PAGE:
Background: It is widely believed that cancer can be prevented by high intake of fruits and vegetables. However, inconsistent results from many studies have not been able to conclusively establish an inverse association between fruit and vegetable intake and overall cancer risk.

Methods: We conducted a prospective analysis of the European Prospective Investigation into Cancer and Nutrition (EPIC) cohort to assess relationships between intake of total fruits, total vegetables, and total fruits and vegetables combined and cancer risk during 1992–2000. Detailed information on the dietary habit and lifestyle variables of the cohort was obtained. Cancer incidence and mortality data were ascertained, and hazard ratios (HRs) and 95% confidence intervals (CIs) were estimated using multivariable Cox regression models. Analyses were also conducted for cancers associated with tobacco and alcohol after stratification for tobacco smoking and alcohol drinking.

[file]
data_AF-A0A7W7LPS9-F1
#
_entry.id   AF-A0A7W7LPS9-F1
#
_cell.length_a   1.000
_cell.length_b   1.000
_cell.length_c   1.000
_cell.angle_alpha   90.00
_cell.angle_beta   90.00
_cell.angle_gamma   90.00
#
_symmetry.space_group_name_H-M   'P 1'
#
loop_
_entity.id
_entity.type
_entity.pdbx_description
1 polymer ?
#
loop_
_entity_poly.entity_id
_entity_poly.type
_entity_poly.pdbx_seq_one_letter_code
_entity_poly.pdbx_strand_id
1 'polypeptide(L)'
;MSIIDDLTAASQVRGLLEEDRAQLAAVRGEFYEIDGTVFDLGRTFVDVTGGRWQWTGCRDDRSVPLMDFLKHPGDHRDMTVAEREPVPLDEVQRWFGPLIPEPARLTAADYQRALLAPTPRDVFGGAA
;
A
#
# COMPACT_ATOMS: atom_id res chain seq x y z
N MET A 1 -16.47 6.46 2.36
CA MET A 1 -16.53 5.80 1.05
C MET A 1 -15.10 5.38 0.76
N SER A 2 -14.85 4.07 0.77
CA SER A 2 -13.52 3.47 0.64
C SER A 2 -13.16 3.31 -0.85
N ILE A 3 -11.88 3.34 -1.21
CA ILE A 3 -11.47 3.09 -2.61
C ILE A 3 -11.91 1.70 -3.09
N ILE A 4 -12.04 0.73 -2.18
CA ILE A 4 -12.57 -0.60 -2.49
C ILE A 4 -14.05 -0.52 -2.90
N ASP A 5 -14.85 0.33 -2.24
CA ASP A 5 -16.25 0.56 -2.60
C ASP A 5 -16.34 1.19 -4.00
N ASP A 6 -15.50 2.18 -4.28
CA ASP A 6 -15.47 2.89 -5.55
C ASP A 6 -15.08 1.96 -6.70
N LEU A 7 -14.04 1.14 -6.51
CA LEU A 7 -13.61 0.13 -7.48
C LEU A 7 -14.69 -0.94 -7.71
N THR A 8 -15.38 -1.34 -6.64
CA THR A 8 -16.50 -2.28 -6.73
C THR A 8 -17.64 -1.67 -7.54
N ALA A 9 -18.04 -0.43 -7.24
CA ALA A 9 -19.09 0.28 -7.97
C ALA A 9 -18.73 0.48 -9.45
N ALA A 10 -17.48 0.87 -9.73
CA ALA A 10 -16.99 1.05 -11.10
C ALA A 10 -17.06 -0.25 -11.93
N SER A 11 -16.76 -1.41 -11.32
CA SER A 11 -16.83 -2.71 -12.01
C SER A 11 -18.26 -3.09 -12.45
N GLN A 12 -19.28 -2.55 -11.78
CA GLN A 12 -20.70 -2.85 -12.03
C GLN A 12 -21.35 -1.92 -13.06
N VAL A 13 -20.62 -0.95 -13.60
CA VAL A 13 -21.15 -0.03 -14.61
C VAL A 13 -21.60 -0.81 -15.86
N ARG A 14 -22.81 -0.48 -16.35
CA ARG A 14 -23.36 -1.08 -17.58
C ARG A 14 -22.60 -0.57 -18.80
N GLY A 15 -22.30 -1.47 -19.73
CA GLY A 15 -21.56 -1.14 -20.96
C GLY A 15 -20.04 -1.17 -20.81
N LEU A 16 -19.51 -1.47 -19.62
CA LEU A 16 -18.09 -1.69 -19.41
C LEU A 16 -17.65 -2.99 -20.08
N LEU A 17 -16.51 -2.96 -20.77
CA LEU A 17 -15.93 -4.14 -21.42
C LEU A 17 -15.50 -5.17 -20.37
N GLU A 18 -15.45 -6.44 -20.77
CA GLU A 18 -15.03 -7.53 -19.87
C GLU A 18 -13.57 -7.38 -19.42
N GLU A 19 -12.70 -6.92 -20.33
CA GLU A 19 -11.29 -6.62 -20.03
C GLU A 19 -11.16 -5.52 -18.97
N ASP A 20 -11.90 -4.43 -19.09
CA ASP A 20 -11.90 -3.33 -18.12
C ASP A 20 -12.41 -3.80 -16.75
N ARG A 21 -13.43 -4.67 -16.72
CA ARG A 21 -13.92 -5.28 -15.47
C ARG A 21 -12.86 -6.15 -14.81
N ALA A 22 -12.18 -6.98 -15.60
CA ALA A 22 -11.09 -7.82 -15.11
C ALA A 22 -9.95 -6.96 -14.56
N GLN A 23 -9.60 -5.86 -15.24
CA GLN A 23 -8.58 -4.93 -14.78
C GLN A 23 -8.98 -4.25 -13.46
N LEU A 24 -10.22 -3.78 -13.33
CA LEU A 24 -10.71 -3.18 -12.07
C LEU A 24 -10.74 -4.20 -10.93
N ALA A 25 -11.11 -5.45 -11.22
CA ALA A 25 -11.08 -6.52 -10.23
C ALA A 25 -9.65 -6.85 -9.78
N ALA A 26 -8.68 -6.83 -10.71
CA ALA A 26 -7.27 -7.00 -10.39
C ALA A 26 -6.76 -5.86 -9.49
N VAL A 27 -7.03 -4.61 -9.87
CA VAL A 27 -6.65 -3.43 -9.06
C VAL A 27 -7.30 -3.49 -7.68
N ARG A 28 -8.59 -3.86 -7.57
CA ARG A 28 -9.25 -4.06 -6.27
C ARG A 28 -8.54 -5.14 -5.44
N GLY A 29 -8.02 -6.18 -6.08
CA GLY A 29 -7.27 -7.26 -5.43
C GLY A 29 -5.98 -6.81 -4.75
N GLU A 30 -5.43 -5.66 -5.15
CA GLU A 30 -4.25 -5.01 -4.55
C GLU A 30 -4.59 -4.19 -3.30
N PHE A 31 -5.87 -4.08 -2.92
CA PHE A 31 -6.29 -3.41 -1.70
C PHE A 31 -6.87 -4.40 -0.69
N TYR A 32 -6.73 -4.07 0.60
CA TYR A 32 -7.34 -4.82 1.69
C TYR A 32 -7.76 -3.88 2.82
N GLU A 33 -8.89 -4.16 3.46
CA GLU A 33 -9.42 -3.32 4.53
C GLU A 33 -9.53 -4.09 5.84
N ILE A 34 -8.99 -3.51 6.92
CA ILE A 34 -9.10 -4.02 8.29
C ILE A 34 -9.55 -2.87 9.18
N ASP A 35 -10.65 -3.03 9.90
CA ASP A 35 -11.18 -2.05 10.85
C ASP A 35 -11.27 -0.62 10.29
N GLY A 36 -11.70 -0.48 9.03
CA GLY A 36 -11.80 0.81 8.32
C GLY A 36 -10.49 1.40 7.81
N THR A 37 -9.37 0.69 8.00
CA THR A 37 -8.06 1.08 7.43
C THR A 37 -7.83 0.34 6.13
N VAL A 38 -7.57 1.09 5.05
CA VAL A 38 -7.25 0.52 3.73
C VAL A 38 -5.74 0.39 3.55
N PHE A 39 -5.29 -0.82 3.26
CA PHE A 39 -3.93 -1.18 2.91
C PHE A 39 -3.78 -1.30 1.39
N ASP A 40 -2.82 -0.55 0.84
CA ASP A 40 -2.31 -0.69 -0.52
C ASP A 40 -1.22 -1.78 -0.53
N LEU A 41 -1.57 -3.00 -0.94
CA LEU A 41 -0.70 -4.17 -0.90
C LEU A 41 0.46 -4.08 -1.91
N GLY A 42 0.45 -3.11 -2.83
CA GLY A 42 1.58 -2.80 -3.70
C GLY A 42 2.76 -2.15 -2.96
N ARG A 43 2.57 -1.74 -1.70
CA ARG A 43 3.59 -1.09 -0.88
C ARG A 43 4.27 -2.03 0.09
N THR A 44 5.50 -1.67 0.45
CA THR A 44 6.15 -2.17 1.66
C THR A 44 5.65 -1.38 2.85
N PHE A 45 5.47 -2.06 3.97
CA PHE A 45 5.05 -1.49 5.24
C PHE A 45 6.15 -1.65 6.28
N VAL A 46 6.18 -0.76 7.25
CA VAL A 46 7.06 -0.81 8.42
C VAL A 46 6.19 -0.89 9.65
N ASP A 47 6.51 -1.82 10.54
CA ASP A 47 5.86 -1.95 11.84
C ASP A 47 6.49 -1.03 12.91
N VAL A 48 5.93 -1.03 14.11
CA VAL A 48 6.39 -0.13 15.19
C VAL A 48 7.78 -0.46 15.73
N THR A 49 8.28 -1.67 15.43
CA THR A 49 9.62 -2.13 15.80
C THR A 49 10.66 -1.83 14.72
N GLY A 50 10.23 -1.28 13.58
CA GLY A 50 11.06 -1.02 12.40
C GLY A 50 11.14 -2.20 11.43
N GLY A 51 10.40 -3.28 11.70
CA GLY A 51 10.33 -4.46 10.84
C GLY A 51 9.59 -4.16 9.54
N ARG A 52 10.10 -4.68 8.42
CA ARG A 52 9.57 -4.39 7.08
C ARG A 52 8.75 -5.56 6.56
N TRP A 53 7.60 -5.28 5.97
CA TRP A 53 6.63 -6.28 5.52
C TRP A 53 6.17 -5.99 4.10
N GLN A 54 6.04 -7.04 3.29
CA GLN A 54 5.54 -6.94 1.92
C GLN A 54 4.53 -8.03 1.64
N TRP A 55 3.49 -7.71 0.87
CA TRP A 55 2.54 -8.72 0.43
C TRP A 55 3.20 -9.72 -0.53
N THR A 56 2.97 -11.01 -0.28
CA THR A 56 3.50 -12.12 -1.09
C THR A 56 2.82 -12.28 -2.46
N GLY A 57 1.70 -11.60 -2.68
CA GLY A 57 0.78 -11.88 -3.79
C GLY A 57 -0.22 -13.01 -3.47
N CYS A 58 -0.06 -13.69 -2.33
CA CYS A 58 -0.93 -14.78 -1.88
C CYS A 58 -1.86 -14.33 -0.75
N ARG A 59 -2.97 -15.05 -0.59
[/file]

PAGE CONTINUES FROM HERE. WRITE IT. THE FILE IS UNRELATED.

Results: Of the initial 142 605 men and 335 873 women included in the study, 9604 men and 21 000 women were identified with cancer after a median follow-up of 8.7 years. The crude cancer incidence rates were 7.9 per 1000 person-years in men and 7.1 per 1000 person-years in women. Associations between reduced cancer risk and increased intake of total fruits and vegetables combined and total vegetables for the entire cohort were similar (200 g/d increased intake of fruits and vegetables combined, HR = 0.97, 95% CI = 0.96 to 0.99; 100 g/d increased intake of total vegetables, HR = 0.98, 95% CI = 0.97 to 0.99); intake of fruits showed a weaker inverse association (100 g/d increased intake of total fruits, HR = 0.99, 95% CI = 0.98 to 1.00). The reduced risk of cancer associated with high vegetable intake was restricted to women (HR = 0.98, 95% CI = 0.97 to 0.99). Stratification by alcohol intake suggested a stronger reduction in risk in heavy drinkers and was confined to cancers caused by smoking and alcohol.